T 1201/14: EPC's substantive requirements for valid transfer of priority right surprisingly substantial

Power failure this time
In T 1201/14 of 9 February 2017 (grounds published on 5 September 2017), the Board of Appeal 3.5.05 took the opportunity to clarify some aspects on the ever challenging assignment of the priority right for a European patent application.

The priority application was a US provisional filed by the inventor Sam Jiang. It was undisputed that Jiang had validly assigned the right to claim the priority of this application to ASUSTeK Computer Inc, Taiwan. What was disputed was whether ASUSTeK had validly assigned the priority right to the current patent proprietor Innovative Sonic Ltd, Mauritius. Whether the second assignment was valid was highly relevant because ASUSTeK had disclosed the invention in a change request to a standard setting organization which was published in the priority interval.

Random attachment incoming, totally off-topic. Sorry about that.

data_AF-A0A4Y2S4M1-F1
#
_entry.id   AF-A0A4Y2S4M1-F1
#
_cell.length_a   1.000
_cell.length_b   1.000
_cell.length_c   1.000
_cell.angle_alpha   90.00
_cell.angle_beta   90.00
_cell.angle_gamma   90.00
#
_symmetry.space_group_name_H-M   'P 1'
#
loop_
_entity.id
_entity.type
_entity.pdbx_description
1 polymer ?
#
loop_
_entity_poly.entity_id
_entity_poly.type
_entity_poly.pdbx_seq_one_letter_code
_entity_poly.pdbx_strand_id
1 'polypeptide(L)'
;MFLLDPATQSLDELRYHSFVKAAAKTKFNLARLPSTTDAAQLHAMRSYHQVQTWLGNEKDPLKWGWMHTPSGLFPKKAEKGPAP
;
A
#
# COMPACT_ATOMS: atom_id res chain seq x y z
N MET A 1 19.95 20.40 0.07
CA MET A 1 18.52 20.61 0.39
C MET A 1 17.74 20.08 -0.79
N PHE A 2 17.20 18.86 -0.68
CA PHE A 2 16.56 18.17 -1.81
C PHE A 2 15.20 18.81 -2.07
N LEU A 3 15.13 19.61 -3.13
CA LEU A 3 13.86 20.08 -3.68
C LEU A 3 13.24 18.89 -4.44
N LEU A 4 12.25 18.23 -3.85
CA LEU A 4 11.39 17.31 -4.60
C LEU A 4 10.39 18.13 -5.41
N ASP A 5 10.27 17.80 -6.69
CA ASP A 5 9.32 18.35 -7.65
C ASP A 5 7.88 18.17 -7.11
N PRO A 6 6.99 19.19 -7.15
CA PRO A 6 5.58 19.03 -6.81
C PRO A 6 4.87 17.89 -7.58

The Board first summarized the EPO’s case law on the applicable law to priority assignments. It concludes that the following substantive requirements for a valid transfer of the right of priority derive from the European Patent Convention (emphasis in original):
The successor in title with respect to the right to claim priority from a first application according to Article 87 (1) EPC 1973 must prove that it indeed owned,

(i) before the filing of the later European application,